When we look at some of our favorite jewelry designs, it’s easy to forget that they didn’t start out as huge companies.
They grew! They started somewhere and kept creating until they became what they are today.
Many of our readers enjoy making jewelry as well as buying it, so today we are getting inspirational. We’ve asked a number of our favorite jewelry designers where it all started for them. Specifically, we asked them the question: what is the first piece of jewelry you ever made.
In alphabetical order, here is what jewelry designers have to say about the first things they made.
“The first accessory item I ever made was a leather bag for a kid collection. It was for the last school project when I studied fashion design in 2004. Since that time I fell in love with accessories more than clothing! I took me 3 years in fashion design before I realized I was in the wrong class…
After all that time, I decided to start my 3 years of studies over, and I started studying “maroquinerie” (french word we use for leather goods). During that time I was working in a coat check and in fashion as a fashion designer.
I still remember when I got the idea for a light inside of a handbag. This idea came because a woman was not able to find her coat check ticket (and believe me, in Canada at -30 degrees, nobody wants to go out without their jackets! So for the next few days at work, I bought a flash light to help women to find their stuff into their bags. All the women were saying, ‘OOHHH wow thanks!’ or ‘This is a great idea!'”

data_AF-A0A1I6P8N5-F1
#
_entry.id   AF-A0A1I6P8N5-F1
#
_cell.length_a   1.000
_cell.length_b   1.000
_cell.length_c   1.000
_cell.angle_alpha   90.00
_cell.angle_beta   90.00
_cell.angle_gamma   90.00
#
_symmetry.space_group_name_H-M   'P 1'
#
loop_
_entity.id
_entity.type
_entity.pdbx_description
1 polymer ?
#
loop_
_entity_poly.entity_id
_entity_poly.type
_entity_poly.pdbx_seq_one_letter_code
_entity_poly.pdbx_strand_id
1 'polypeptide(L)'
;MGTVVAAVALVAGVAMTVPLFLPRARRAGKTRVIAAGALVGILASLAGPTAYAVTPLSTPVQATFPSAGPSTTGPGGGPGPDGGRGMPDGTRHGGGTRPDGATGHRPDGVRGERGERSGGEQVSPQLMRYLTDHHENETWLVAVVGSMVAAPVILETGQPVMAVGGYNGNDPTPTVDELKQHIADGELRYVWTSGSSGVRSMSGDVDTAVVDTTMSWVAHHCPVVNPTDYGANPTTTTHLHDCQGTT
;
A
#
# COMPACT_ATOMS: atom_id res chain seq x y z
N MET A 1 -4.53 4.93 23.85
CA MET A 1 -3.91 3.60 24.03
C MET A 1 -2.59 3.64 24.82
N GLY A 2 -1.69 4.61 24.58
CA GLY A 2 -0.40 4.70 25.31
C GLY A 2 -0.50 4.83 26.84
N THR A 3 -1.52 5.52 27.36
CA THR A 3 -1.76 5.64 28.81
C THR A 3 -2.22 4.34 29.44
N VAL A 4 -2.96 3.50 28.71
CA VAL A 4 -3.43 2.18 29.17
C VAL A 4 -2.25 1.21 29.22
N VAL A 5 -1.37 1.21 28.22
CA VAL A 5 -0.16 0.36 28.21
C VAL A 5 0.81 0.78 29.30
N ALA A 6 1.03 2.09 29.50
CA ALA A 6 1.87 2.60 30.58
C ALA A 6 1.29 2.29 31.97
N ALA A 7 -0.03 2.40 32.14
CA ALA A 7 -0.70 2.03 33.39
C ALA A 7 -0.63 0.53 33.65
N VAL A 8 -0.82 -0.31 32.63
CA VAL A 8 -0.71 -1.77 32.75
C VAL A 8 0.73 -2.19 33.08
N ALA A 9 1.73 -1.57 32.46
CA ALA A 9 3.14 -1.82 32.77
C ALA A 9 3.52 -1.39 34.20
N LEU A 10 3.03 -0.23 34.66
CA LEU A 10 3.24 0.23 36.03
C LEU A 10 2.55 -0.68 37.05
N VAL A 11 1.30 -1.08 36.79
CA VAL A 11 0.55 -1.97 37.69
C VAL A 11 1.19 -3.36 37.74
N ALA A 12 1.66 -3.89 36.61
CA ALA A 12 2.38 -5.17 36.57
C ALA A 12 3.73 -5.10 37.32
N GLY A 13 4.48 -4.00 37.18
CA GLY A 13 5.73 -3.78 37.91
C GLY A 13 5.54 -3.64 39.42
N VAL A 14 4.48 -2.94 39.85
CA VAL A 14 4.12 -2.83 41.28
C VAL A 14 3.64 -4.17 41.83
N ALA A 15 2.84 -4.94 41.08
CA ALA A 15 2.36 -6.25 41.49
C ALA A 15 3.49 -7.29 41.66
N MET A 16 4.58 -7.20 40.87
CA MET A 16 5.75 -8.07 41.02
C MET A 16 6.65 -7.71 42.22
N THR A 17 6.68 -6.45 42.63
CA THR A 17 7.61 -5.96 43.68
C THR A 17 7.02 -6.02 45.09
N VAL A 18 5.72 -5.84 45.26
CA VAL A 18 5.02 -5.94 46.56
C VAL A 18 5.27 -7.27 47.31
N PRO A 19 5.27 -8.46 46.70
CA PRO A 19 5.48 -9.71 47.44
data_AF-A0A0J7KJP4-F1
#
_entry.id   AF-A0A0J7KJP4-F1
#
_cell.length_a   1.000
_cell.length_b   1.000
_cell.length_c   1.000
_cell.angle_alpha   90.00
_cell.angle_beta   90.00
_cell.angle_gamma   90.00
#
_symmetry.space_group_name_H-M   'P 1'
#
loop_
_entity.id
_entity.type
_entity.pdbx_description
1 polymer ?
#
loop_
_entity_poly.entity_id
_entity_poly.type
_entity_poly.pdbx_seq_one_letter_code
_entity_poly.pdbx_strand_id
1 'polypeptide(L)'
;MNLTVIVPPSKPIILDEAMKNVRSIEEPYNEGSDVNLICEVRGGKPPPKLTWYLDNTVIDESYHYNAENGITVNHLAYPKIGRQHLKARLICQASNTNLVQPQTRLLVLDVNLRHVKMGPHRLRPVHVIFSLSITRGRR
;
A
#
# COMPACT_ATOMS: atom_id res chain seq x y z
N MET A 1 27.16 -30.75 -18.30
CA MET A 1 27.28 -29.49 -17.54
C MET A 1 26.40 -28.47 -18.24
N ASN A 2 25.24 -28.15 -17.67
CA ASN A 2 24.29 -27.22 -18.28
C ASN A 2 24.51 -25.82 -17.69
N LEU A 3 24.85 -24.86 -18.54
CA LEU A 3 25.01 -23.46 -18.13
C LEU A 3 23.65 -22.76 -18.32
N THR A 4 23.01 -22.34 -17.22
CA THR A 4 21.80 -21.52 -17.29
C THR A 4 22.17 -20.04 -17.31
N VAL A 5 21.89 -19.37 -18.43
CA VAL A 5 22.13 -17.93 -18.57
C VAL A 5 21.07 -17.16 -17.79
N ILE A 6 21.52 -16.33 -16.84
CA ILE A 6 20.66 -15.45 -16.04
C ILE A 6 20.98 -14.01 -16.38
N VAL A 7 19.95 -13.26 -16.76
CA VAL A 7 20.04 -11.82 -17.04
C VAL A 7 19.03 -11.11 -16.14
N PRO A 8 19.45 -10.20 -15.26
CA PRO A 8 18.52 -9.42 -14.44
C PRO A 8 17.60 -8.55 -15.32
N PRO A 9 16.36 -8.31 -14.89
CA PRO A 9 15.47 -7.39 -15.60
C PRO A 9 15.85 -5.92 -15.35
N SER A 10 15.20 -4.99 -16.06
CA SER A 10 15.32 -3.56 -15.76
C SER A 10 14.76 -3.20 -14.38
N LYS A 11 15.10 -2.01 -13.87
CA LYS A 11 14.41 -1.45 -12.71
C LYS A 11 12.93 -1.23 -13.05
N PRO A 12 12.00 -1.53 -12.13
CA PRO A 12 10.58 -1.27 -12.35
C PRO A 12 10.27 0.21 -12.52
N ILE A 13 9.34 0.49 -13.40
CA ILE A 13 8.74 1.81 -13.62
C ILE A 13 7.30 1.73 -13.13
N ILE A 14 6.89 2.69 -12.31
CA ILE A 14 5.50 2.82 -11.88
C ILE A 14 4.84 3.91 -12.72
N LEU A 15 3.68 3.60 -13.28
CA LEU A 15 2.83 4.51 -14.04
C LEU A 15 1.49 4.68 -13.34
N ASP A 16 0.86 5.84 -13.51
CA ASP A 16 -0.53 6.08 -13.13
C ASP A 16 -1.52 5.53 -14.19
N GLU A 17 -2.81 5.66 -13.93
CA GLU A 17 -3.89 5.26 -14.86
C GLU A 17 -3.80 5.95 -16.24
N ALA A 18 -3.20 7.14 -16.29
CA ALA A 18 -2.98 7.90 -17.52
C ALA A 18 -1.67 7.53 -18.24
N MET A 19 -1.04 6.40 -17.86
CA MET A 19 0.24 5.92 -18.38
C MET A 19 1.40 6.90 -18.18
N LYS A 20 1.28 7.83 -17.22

“The first piece of jewelry I made was when I was in elementary school. I learned how to make friendship bracelets out of embroidery thread from my neighbor who said it was the latest trend. I really enjoyed making these bracelets and loved learning how to take it a step further making intricate patterns, combining colors and even spelling out words and names into the bracelets. This later evolved into macrame jewelry, beadwork, and wire wrapped pieces in high school and college. Jewelry making has always been something I have loved to do.”
“My first collections were essentially done with rubber O-rings that you can find at your local hardware store. I built up a collection of a dozen earrings that I gave to a sales rep to sell for me from store to store.
The business grew little by little until today where the product is very distinct and well appreciated. This is how I got started.”
“When I was 11, I made purses out of placemats and ribbon. Now I make handbags out of exotic leathers like fish leather, python skin, alligator, ostrich leg, and lizard.”